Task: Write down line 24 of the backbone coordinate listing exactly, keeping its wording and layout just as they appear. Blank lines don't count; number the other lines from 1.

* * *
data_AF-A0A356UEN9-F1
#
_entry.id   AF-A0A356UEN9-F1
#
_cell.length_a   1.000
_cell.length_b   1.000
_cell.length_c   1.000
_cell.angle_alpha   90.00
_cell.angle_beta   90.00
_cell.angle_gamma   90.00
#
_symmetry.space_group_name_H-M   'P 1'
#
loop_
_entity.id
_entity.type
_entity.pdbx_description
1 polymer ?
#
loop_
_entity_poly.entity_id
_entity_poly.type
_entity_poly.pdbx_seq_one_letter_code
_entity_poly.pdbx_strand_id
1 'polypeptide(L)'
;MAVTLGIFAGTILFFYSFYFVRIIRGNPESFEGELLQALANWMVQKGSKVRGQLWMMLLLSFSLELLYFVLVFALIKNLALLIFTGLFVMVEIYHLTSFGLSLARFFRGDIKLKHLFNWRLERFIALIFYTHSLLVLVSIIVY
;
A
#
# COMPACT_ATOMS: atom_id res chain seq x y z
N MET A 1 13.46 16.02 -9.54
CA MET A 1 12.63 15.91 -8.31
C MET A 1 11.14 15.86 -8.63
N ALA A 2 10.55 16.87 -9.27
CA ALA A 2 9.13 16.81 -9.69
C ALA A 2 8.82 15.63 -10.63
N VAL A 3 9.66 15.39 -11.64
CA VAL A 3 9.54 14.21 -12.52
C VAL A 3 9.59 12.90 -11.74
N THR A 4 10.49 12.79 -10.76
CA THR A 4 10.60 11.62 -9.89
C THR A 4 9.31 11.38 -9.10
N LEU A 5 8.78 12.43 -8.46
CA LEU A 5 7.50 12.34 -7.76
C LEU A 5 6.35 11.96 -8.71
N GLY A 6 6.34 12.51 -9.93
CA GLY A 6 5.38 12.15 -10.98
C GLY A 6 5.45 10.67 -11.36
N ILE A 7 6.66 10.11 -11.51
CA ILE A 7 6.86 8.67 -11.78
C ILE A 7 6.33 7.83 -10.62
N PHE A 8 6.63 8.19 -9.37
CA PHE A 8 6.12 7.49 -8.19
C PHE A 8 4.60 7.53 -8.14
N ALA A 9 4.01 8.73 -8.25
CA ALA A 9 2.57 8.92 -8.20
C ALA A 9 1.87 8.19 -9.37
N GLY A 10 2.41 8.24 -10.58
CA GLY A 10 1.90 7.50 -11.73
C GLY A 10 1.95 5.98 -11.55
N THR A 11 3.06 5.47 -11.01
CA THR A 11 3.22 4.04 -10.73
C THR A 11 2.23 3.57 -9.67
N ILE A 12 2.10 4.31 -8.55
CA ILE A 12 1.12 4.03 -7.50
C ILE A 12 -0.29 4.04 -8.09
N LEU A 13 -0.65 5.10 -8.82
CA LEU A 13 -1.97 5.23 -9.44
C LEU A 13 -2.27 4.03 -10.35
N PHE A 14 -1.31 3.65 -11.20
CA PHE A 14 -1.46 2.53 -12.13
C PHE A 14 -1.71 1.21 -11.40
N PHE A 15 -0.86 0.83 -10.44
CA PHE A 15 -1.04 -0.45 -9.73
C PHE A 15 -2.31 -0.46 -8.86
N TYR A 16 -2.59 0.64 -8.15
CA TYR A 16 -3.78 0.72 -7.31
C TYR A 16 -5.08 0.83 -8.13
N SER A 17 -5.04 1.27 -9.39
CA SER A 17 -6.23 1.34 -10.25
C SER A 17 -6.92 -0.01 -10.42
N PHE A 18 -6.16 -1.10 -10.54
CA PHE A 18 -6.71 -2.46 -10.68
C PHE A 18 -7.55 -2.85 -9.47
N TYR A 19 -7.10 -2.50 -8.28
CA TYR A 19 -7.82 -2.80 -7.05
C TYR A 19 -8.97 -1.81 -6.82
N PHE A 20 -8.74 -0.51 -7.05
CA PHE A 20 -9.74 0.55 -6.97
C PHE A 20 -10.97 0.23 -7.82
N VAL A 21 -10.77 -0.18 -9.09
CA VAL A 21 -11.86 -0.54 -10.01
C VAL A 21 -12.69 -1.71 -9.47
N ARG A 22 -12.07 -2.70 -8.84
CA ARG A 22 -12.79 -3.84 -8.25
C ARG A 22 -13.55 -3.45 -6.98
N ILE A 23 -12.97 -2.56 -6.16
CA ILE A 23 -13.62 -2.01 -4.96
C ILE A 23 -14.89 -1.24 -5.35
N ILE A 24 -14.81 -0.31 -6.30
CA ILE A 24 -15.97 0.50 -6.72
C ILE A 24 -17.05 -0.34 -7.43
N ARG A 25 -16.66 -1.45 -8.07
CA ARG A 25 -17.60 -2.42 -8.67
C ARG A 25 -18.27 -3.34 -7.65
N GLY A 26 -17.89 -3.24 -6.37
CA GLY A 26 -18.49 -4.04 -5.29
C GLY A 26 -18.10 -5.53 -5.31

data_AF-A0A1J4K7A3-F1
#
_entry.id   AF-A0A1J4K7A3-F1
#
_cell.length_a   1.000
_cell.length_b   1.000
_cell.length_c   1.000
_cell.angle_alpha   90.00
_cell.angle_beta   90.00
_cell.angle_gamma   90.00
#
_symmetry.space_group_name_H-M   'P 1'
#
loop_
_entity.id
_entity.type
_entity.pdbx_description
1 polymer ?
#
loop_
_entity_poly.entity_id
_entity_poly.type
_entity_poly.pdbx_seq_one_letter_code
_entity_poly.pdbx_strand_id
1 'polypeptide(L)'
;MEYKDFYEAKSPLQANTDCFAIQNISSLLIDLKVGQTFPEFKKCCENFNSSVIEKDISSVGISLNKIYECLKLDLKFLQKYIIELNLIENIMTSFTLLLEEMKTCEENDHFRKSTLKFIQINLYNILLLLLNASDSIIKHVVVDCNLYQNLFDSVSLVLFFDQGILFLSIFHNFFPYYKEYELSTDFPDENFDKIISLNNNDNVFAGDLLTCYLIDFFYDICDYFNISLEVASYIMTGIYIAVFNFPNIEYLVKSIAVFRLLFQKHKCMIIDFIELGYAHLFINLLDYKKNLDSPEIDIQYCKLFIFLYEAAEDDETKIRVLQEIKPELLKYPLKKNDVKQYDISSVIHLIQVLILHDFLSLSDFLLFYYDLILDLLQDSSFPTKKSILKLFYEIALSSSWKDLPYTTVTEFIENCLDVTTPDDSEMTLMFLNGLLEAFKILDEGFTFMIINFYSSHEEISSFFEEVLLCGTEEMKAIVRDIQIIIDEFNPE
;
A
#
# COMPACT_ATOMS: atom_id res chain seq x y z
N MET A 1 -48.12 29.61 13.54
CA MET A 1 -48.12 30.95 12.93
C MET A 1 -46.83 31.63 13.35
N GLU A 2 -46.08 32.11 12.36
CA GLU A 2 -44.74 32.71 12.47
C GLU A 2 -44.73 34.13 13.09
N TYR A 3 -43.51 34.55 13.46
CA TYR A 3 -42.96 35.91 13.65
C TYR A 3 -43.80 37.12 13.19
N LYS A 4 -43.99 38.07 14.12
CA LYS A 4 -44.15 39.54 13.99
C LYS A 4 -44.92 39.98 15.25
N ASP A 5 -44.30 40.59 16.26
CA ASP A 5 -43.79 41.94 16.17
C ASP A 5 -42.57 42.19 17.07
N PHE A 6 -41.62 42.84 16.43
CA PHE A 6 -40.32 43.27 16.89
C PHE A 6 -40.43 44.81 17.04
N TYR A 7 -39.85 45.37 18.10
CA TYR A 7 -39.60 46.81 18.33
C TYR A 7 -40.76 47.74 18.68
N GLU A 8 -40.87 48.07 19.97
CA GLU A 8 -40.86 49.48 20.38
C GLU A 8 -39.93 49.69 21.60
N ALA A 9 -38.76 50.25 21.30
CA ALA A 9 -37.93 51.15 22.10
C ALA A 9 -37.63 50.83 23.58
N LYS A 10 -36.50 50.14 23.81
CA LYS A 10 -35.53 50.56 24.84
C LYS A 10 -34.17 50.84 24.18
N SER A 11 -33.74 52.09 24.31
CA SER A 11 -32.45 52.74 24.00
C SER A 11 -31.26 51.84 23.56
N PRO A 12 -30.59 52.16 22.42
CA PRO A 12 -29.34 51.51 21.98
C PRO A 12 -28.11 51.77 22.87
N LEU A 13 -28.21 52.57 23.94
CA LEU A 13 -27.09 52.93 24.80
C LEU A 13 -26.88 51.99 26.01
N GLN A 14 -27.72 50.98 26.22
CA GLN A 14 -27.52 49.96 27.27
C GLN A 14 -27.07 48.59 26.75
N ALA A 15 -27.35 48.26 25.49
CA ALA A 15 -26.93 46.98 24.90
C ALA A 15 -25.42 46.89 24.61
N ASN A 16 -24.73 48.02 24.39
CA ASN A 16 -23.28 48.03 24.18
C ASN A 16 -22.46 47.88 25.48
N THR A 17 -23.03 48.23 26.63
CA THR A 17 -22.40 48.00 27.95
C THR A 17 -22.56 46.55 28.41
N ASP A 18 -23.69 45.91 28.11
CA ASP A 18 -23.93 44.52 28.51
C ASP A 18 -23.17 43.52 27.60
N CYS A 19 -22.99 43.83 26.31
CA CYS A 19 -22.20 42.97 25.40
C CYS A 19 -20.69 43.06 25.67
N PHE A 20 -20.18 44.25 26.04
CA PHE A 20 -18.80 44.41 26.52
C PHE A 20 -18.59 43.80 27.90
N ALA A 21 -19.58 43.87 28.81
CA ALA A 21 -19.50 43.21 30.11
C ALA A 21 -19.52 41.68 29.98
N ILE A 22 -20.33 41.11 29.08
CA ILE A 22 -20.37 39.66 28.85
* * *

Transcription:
_entity_poly.pdbx_strand_id